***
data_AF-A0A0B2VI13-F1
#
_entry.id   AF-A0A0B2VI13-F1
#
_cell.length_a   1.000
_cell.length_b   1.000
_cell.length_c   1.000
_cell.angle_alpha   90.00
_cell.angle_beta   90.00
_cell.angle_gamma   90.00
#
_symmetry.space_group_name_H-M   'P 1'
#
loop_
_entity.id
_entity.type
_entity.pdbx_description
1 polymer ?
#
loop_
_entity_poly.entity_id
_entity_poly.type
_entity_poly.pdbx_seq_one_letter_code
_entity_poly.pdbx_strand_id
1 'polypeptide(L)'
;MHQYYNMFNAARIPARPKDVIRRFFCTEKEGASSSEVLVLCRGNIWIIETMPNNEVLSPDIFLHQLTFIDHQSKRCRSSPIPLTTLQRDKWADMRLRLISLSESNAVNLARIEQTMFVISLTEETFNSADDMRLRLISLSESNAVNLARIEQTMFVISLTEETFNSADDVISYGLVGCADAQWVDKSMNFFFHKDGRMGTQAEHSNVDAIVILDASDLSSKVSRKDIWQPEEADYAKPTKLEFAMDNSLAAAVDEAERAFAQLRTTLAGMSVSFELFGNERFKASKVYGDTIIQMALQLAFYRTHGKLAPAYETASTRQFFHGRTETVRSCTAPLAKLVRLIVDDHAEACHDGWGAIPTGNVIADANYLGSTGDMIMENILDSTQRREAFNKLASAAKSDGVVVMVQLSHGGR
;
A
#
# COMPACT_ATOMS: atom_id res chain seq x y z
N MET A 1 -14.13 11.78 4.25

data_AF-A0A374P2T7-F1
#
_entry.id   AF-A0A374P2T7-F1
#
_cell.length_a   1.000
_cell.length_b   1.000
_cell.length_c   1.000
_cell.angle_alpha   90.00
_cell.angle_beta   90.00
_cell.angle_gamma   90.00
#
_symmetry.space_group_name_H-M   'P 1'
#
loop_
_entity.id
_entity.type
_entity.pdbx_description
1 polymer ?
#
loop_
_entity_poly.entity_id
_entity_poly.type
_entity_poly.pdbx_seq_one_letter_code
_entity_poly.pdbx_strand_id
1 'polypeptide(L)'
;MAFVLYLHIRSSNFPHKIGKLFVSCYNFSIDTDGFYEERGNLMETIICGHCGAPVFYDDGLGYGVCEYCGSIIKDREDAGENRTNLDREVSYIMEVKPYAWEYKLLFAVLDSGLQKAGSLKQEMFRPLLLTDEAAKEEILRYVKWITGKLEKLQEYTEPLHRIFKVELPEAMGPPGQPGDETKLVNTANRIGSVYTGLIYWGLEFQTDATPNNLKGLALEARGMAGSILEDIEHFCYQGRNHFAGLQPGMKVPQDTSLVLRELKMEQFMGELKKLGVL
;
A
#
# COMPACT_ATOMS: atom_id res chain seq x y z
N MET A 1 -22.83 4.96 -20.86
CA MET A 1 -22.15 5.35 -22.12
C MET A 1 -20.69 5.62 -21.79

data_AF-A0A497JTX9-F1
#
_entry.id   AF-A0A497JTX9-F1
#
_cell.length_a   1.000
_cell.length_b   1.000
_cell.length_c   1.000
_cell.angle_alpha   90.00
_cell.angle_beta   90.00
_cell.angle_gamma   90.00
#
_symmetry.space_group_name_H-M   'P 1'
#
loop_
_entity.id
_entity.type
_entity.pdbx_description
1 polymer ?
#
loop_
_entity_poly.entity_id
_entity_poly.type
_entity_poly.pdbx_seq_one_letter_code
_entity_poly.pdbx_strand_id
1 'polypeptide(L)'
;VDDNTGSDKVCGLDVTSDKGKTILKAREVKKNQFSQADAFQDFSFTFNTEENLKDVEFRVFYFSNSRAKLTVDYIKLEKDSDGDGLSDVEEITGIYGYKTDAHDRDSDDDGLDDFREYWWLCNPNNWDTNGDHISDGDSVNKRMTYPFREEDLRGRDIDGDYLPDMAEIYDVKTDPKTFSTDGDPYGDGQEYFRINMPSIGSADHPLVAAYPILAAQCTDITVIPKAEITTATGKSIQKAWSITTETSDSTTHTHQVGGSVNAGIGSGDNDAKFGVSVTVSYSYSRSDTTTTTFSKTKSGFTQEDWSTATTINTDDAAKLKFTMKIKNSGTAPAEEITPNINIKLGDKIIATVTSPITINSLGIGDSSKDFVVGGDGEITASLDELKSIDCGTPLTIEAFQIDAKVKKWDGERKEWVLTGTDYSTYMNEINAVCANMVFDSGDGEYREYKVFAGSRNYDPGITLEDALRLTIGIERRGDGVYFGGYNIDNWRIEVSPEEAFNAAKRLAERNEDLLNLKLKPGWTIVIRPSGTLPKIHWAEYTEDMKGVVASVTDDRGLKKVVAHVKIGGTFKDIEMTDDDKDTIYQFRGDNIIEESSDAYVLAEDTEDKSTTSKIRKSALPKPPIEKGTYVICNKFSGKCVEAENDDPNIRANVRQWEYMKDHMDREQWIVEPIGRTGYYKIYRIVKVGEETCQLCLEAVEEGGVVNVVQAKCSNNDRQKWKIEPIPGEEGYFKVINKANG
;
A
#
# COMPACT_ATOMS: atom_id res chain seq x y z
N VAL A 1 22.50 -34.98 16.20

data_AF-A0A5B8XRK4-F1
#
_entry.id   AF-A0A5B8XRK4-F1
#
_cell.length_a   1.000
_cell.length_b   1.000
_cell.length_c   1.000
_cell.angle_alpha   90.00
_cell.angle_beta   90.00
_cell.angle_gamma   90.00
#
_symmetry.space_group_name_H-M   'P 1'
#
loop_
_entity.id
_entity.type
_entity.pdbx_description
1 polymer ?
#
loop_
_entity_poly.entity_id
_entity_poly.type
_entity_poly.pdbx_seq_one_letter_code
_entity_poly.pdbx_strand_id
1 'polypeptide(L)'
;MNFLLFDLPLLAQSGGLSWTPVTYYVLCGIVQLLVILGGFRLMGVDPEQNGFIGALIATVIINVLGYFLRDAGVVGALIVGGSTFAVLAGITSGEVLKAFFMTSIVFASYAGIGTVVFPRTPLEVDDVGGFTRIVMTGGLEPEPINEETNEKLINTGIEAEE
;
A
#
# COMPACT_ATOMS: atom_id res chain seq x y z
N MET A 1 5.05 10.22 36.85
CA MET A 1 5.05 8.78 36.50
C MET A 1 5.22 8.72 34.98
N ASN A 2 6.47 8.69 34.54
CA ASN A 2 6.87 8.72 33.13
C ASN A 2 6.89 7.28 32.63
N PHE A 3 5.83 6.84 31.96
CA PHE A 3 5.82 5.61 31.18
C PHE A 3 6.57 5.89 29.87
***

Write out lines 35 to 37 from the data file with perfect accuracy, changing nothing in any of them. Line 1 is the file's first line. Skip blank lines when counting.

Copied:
#
_cell.length_a   1.000
_cell.length_b   1.000